Description Usage Arguments Details Value Note References See Also Examples

Simulate quantiles of the multiscale statistics under any continuous distribution function.

1 2 |

`n` |
number of observations. |

`alpha` |
significance level; default as 0.5, see also |

`nsim` |
numer of Monte Carlo simulations. |

`is.sim` |
logical. If |

`intv` |
a data frame provides the system of intervals on which the multiscale statistic is defined. The data frame constains the following two columns
By default, it is set to the sparse interval system proposed by Rivera and Walther (2013), see |

`mode` |
See Li et al. (2016) for further details. |

`...` |
further arguments passed to function |

Empirically, it turns out that the quantile of the multiscale statistic converges fast to that of the limit distribution as the number of observations `n`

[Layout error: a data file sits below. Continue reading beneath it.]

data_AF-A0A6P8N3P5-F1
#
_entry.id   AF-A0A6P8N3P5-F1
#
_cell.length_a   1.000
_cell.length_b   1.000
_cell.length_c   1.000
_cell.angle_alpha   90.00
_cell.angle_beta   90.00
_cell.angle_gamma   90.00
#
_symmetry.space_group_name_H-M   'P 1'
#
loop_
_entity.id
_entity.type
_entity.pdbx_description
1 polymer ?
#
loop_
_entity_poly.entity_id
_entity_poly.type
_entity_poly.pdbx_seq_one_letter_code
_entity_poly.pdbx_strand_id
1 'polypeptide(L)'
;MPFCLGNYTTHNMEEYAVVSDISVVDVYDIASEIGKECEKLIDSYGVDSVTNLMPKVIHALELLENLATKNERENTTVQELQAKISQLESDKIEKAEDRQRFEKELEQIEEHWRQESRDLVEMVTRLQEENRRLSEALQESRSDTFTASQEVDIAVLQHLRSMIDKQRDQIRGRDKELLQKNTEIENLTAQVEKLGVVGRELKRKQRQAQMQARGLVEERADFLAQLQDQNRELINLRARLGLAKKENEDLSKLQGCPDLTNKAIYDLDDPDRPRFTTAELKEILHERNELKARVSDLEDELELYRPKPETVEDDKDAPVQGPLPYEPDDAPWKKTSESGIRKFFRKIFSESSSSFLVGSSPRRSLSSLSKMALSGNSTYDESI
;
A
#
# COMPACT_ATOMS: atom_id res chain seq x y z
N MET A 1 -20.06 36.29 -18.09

increases. Thus, for the sake of computational efficiency, the quantile with `n`

= 10,000 are used by default for that with `n`

> 10,000, which has already been precomputed and stored. Of course, for arbitrary sample size `n`

, one can always simulate the quantile by setting `is.sim = TRUE`

, and use the precomputed value by setting `is.sim = FALSE`

. For a given sample size `n`

, simulations are once computed, and then automatically recorded in the R memory for later usage. For memory efficiency, only the last simulation is stored.

A vector of length `length(alpha)`

is returned, the same structure as returned by funtion `quantile`

with option `names = FALSE`

; The values are the (1-`alpha`

)-quantile(s) of the null distribution of the multiscale statistic via Monte Carlo simulation, corresponding to (1-`alpha`

)-confidence level(s). See Li et al. (2016) for further details.

All the printing messages can be disabled by calling `suppressMessages`

.

Li, H., Munk, A., Sieling, H., and Walther, G. (2016). The essential histogram. arXiv:1612.07216.

Rivera, C., & Walther, G. (2013). Optimal detection of a jump in the intensity of a Poisson process or in a density with likelihood ratio statistics. Scand. J. Stat. 40, 752–769.

`checkHistogram`

,
`essHistogram`

,
`genIntv`

1 2 3 4 5 6 7 | ```
n = 100 # number of observations
nsim = 100 # number of simulations
alpha = c(0.1, 0.9) # significance level
q = msQuantile(n, alpha, nsim)
print(q)
``` |

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